Converting, restoring and repairing an historic oast house can be a rewarding and enjoyable process. From your initial consultation to seeing the stunning results at the end of the work, there are few projects more satisfying. This process should be carried alongside a team of experts, and here are a few tips on how to approach converting or restoring your oast.
Submit an application to the council before any work is carried out
Around 1 in 10 oast houses are listed buildings, and therefore permission needs to be granted by the council before any restoration work can begin. You’ll also need to carry out a survey to check for any animals that may have made your oast house their home! There are other factors that should be taken into consideration, and our expert team will be able to make sure that all the boxes have been ticked before you begin the application process.
Our director Darren Hole attends every initial visit to discuss the requirements of every project Dude & Arnette work on. He will gather together exactly what you need, check access for removing the cowl, and will collate all of the information into a written quotation that breaks down each cost, and organise a timeframe for your work to be carried out and installed. Generally, this takes around four weeks, depending on the house.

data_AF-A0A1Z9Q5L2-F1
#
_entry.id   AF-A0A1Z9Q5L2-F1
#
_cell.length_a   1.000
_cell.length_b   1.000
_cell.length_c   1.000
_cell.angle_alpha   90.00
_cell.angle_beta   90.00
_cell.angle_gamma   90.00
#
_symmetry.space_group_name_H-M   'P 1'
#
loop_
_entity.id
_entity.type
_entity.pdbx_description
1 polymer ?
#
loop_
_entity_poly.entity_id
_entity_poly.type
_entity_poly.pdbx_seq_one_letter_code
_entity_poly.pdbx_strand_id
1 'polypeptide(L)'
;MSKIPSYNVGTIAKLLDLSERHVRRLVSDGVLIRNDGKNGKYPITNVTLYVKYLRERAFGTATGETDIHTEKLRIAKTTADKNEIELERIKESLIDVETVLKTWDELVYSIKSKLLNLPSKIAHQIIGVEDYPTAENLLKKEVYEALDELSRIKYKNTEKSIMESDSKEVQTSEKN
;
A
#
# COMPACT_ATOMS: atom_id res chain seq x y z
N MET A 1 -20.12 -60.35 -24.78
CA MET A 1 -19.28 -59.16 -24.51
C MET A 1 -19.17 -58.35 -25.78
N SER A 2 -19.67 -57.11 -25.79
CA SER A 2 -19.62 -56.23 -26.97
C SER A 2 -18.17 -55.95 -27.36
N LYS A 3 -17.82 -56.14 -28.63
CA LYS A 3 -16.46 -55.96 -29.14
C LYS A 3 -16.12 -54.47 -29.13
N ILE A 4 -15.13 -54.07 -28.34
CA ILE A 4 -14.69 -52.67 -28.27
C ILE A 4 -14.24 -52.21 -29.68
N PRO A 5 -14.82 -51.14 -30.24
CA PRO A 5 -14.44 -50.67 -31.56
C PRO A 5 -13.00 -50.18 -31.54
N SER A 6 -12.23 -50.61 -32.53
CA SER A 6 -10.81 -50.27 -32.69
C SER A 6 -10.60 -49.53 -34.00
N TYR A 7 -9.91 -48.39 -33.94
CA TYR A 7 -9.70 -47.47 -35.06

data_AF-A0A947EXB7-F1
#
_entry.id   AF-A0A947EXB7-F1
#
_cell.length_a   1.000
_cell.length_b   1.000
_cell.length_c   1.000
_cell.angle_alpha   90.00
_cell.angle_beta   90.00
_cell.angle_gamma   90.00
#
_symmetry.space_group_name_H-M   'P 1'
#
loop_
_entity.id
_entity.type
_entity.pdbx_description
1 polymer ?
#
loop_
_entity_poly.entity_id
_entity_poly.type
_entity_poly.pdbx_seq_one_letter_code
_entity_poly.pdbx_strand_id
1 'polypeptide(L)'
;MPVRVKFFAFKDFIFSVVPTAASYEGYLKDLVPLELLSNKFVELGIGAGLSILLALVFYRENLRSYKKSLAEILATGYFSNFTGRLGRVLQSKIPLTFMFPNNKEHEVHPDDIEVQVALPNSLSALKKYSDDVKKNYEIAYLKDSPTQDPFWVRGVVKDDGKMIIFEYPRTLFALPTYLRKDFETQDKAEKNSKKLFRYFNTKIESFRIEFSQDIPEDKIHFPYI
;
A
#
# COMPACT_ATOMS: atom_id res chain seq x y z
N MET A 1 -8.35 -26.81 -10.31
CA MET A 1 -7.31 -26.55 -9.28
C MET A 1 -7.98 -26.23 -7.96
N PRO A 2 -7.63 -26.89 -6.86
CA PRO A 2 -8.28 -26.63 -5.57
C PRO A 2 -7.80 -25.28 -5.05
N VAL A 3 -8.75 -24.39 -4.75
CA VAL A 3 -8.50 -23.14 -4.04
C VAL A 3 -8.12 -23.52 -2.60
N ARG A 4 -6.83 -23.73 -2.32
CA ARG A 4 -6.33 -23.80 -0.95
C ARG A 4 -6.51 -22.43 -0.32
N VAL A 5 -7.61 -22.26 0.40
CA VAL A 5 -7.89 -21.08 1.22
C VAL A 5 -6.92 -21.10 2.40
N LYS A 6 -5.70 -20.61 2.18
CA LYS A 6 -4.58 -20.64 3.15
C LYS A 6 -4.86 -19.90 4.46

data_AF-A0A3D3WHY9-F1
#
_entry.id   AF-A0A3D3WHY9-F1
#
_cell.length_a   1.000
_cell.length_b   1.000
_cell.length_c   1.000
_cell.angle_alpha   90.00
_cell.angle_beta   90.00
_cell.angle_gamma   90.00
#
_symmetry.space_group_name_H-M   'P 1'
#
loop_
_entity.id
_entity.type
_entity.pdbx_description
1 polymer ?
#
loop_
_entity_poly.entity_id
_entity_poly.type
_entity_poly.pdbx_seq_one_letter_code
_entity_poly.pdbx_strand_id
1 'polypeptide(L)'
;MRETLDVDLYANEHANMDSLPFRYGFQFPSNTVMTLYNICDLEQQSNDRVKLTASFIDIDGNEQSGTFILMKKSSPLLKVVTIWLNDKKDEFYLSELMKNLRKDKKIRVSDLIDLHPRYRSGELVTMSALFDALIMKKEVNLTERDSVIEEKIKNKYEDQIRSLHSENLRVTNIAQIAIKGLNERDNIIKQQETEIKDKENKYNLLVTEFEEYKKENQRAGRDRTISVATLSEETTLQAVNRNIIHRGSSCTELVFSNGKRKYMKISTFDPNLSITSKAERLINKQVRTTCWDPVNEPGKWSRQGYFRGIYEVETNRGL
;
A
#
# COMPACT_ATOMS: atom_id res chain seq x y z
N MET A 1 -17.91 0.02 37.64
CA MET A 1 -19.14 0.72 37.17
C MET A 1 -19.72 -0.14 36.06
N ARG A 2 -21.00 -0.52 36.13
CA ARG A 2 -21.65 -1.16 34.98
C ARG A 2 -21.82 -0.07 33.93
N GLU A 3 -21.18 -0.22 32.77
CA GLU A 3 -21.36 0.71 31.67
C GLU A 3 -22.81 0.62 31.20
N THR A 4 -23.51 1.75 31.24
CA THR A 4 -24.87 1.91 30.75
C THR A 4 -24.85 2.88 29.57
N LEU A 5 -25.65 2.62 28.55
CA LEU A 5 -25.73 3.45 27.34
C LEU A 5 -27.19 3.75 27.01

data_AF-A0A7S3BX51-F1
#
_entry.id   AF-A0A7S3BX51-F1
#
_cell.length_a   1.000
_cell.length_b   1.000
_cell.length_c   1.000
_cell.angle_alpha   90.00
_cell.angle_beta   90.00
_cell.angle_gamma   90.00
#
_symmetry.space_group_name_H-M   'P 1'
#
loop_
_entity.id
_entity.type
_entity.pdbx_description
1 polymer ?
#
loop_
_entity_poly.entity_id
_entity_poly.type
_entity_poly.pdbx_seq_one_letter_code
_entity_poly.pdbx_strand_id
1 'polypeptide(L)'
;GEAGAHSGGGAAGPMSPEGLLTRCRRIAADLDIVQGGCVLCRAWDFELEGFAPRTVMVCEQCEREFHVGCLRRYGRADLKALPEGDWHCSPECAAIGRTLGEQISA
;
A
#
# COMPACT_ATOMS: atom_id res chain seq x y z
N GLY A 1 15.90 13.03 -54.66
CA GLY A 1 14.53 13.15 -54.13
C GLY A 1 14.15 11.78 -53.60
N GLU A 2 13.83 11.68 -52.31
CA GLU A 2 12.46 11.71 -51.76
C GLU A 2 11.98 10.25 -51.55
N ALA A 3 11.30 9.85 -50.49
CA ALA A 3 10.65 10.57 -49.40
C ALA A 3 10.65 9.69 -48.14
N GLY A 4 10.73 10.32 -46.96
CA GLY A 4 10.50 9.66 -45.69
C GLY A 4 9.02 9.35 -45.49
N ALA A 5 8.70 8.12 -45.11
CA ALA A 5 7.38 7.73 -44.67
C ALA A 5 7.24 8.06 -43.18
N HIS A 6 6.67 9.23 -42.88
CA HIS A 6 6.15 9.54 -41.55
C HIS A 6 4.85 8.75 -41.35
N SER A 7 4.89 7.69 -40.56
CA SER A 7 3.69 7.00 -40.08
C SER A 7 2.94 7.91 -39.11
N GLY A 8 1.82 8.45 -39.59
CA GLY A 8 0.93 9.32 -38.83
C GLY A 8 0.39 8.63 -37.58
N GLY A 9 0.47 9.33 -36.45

Retain original features
With any restoration and repair work on an old building, it’s important to retain the integrity and original features of your oast house. Our family have been restoring and repairing oast houses and cowls since 1937, and provide expert knowledge and superior workmanship on every building, and can advise on the best possible way to use your space.
To arrange a free quotation, or to discuss your individual requirements in more detail, visit our Contact Us page, or call us on 01622 725 898.